Which are the best mechanical keyboards on the market? That was the question I tried to answer in our feature on whether mechanical keyboards are good for gaming, and how they became popular in the first place. I ended that piece with three keyboard recommendations, but the response to the article made it clear that you wanted to see more recommendations for different use-cases than we considered - particularly full-fat gaming keyboards with features like macro and media keys, programmable RGB lighting and game-state integration or quieter models that can be used in a busy office.
The range of mechanical keyboard options continues to expand, making this a good time to take stock of the new arrivals. Apart from the quiet switched keyboards we alluded to earlier, we've also seen the arrival of optical-mechanical keyboards that should offer faster response times and even full analogue sensing on certain models. A wide range of other new switches have appeared in the past few years as well, including short-throw Speed switches and boutique options like Zealios which meet the demands of users who know exactly what they want.
Of course, for this article we don't want to go too far into the weeds. Instead, we'll keep our recommendations reasonably broad and merely note these more advanced options where they exist. So sit back, get comfy and take a look at our favourite mechanical keyboards for 2019!
Note: The pictures of each keyboard show either a UK or US layout, but I've linked to the appropriate regional layout wherever possible - so don't worry if you see a keyboard with a different-sized Enter key than what you're used to!
Best gaming keyboard
When it comes to mechanical keyboards, few can match Corsair's high-end models for features. This full-fat K70 MK2 keyboard has super-programmable RGB backlighting that can reflect in-game stats and be synced with the rest of your PC's components - of course! - as well as dedicated volume and media controls, a USB port and a wrist rest. The actual typing experience hasn't been forgotten either, with a wide range of switches - including rare low-actuation MX Speed and quiet MX Silent options. The keyboard is well-built too, with an aluminium chassis and PBT keycaps that should provide excellent longevity. Of course, everything comes at a cost - and for the K70 MK2, that includes a substantial footprint and a premium price tag. Still, if you believe that perfection comes when there's nothing left to add rather than nothing left to take away, the Corsair K70 MK2 is well worth a look.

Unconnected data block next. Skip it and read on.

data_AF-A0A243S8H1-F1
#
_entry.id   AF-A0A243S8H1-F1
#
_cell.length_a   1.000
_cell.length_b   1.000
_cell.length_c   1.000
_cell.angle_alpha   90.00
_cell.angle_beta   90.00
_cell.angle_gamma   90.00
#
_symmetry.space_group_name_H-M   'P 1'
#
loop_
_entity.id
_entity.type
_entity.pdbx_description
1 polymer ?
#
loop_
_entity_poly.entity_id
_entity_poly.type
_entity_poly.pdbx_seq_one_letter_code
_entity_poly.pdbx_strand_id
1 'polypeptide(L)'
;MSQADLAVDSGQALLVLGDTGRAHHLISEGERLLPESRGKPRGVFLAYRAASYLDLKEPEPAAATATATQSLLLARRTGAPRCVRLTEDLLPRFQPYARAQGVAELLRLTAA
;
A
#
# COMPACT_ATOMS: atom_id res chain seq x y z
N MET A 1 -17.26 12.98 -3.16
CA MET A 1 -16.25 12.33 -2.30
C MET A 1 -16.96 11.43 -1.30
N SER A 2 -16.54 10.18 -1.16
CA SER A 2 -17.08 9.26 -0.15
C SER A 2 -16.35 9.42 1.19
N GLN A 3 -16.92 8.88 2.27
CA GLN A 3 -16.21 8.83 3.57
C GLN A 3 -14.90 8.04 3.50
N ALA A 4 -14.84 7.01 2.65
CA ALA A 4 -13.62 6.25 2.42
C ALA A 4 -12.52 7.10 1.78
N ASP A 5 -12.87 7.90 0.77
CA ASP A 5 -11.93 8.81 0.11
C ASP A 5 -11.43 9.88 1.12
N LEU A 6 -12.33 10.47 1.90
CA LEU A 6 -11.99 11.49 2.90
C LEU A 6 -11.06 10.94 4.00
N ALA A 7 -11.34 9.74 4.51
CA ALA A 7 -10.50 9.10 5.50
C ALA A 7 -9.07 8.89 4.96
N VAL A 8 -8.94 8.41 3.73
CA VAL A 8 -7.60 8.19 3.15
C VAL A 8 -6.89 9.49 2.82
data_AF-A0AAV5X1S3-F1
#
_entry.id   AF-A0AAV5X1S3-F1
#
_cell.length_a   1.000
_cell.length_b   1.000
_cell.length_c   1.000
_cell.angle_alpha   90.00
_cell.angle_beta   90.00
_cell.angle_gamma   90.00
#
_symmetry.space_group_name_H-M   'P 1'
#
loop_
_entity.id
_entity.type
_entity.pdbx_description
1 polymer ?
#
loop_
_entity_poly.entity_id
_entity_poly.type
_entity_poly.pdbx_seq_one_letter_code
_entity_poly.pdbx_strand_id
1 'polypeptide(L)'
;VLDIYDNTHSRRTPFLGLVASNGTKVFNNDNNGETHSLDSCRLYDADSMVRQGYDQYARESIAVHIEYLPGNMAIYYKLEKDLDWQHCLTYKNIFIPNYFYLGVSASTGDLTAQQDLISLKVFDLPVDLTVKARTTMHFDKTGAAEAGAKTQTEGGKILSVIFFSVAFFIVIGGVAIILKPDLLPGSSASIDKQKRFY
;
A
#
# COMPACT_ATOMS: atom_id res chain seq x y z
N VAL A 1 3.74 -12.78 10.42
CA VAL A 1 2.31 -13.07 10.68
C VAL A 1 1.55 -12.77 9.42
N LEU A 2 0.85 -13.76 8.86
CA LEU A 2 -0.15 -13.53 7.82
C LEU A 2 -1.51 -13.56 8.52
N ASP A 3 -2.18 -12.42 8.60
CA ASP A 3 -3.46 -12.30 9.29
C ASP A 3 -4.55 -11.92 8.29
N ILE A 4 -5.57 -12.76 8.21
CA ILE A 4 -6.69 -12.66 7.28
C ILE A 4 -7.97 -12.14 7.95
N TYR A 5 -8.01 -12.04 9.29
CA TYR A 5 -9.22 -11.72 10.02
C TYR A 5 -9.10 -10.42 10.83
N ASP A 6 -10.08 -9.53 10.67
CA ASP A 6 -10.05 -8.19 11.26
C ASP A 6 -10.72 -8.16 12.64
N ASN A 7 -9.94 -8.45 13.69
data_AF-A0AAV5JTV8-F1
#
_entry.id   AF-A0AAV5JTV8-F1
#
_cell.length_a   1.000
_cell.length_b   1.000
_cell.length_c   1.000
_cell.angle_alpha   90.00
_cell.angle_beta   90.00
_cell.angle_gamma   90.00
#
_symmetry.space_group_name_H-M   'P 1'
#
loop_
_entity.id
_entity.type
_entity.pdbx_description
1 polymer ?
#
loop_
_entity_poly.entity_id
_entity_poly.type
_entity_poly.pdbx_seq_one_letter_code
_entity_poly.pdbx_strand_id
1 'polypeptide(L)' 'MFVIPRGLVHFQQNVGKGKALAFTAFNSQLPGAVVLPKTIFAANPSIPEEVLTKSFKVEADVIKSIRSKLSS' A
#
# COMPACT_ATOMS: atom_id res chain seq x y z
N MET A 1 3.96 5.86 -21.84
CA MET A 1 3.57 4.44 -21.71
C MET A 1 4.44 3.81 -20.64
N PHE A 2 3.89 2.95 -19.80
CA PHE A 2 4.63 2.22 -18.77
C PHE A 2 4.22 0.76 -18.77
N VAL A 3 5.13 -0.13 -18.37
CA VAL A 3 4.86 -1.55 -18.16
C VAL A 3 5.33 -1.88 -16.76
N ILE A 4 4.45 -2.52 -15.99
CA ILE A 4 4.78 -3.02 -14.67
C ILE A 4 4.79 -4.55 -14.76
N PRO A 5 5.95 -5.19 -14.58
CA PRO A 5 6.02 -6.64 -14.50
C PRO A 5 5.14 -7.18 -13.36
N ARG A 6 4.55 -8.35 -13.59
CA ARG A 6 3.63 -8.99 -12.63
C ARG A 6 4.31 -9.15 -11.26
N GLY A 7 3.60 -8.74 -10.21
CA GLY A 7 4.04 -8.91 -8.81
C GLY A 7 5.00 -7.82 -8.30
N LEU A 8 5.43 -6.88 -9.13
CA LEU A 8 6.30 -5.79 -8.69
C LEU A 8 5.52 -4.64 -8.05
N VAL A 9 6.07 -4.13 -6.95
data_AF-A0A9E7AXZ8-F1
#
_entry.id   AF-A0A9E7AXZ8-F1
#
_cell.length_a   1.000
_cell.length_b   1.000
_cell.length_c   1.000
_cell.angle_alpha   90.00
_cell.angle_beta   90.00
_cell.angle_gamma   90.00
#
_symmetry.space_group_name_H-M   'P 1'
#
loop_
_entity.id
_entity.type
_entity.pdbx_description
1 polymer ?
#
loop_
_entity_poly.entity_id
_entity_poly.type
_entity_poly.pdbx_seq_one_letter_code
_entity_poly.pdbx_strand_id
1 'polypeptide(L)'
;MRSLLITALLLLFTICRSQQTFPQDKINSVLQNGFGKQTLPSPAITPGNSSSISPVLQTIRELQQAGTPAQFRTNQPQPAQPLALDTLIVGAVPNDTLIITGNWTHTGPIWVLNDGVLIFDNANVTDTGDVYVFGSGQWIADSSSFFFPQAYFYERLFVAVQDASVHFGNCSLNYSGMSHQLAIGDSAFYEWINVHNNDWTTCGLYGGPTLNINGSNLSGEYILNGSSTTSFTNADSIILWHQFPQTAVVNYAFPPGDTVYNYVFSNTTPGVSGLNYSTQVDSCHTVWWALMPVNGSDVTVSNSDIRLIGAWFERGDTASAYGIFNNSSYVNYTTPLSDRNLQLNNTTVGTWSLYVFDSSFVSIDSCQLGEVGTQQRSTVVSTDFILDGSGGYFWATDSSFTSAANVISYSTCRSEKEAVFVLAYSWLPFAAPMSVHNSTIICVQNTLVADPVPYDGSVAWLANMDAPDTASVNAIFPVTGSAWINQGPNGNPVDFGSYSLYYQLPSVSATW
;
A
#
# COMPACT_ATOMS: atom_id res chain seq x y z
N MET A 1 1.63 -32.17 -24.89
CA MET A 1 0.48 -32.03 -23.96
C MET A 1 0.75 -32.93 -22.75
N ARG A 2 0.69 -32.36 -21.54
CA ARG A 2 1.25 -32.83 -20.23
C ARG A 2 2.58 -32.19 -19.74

Best quiet mechanical keyboard
The Fnatic Streak is a fully-featured mechanical keyboard available with silent switches. This board includes many extra features too, such as a comfortable wrist rest, full RGB backlighting, a programmable layout and a dedicated volume knob. It gets bonus points for customisability, with a choice of full-size and tenkeyless versions. It also comes with a standard layout which makes finding replacement keycaps a cinch, unlike other popular keyboards from Razer and Corsair. However, it also lacks those keyboards' complex yet powerful software, which could be a good thing or a bad thing depending on where your priorities lie.
In the UK, another strong option is the Fnatic Rush Pro Gaming Silent. It drops the RGB backlighting and a few other features but costs just £80.
Best overall mechanical gaming keyboard
This new keyboard from German firm Roccat sets itself apart with its novel Titan switches and skinny keycaps, which provide good tactile feedback for typing yet a shortened travel time that suits gaming. The floating-key design and brushed aluminium top plate also provide a uniquely stylish look. In terms of features, you get a handy volume knob and mute key in the upper right, RGB backlighting and extensive programmability through the Roccat Swarm software. If you're after something a little different - and genuinely outstanding - the Vulcan is a logical choice.